Starring: Chad “Bow Wow” Moss, Nick Cannon, Meegan Good and Chi McBride
Rated: PG-13 Comedy/Drama/Music
Set in Chicago, Illinois, Roll, Bounce occurs in 1978. It is the story of teenager and avid roller-skater, Xavier “X” Smith (Bow Wow), attempting to adjust to the trials that accompany the transition into young adulthood. Trying to assist X’s adjustment are his father, Curtis Smith (Chi McBride), and his childhood friend, Naomi Phillips (Meagan Good), on who he has a crush. However, his father has his own struggles, including rearing X and daughter, Sonya (Busisiwe Irvin) while still dealing with the death of his wife and children’s mother.
X finds comfort and camaraderie skating with his friends, Junior (Brandon T. Jackson), Naps (Ricky Gonzalez), Mixed Mike (Khleo Thomas) and Boo (Marcus T. Paulk) at the local roller rink, Palisades, on the South Side. They are shocked when it is closed and forced to travel north to skate at Sweetwater, an upper-scale rink. X’s crew is surprised to learn how mediocre and uncool their moves are when compared with the skaters at Sweetwater. After being dismissed by the rink’s skate distributor, Bernard, a.k.a. “B-nard” (Nick Cannon) and others at the rink, X and his friends enter a disco-skate contest. They have serious competition, notably Sweetness (Wesley Jonathan), and the Sweetwater Rollers, his crew.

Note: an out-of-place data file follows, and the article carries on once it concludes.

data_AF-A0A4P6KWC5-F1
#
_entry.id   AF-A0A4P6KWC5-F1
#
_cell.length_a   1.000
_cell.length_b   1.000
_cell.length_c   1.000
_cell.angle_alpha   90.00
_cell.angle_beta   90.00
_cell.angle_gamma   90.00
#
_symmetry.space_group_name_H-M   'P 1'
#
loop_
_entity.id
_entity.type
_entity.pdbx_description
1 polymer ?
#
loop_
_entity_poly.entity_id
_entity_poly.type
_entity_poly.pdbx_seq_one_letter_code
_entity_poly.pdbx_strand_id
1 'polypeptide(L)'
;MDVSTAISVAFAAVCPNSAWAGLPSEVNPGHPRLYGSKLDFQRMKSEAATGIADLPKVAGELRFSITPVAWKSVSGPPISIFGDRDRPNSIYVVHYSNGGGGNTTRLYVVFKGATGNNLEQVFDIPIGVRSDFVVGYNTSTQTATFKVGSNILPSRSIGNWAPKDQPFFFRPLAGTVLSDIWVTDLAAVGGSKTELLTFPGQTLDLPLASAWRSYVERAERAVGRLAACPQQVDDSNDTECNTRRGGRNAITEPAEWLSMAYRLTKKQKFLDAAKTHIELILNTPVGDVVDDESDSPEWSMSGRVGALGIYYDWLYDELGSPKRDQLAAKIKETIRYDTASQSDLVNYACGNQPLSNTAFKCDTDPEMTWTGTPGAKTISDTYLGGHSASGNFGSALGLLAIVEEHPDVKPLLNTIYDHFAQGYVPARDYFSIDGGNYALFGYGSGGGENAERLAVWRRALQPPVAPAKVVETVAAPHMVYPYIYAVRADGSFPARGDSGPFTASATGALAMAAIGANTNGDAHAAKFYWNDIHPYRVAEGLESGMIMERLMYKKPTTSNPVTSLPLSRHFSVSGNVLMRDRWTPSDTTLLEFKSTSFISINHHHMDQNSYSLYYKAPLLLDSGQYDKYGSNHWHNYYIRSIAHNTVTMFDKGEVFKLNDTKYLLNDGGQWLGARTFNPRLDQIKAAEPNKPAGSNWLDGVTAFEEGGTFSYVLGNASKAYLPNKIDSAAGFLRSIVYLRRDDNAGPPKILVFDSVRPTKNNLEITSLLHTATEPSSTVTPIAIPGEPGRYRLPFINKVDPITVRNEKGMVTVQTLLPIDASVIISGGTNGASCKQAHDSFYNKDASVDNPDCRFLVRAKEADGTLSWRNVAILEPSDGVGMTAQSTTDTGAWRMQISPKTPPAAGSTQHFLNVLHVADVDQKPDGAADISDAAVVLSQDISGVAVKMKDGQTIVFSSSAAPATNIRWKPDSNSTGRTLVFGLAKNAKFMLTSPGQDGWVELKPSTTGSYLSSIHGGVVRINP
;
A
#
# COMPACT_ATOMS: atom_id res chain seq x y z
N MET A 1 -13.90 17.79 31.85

As X practices, he becomes more irresponsible regarding his family and unsure of his standing with Naomi. Viewers must watch to see how it all turns out for X and his crew!
Roll, Bounce received mixed to positive reviews from critics. However, it is highly favored for the groove-drenched music, the scenes of the amazing skate choreography and its humor, especially the all-too-brief scenes starring Charlie Murphy and Mike Epps.
The film’s title is sourced from the R & B anthem, “Bounce, Rock, Skate, Roll”, by Vaughan Mason & Crew. Roll, Bounce featured tracks of the 1970s by artists such as Earth, Wind and Fire, Kool & The Gang, Chic, Foxy, Johnny “Guitar” Watson and Bill Withers, whose “Lovely Day” accompanies the film’s trailer. The soundtrack also contained material from contemporary artists including Beyoncé, Fabolous, Yo-Yo and Keith Sweat. Additionally, there were classic tracks, such “Fire” by Ohio Players, “Love to Love You, Baby” by Donna Summer, “Flashlight” by Parliament, “Pick Up the Pieces” by Average White Band and “He’s the Greatest Dancer” by Sister Sledge, that were played in the film but not included on the soundtrack.
Roll, Bounce was nominated for eight 2006 awards, of which it won two. It was nominated for a two Black Movie Awards Malcolm D. Lee for “Outstanding Achievement in Directing” and Norman Vance, Jr. for “Outstanding Achievement in Screenwriting”. Lee was also nominated for a NAACP Image Award for “Outstanding Directing in a Feature Film/Television Movie”. Roll, Bounce was nominated, including for “Best Soundtrack”, for four Black Reel Awards. Lee was up for “Best Director” and casting director Monica Swann was in the running for “Best Ensemble”.
The two winners of a Black Reel Award for Roll, Bounce were Brandon T. Jackson for “Best Breakthrough Performance” and Norman Vance, Jr. for “Best Screenplay, Original or Adapted”.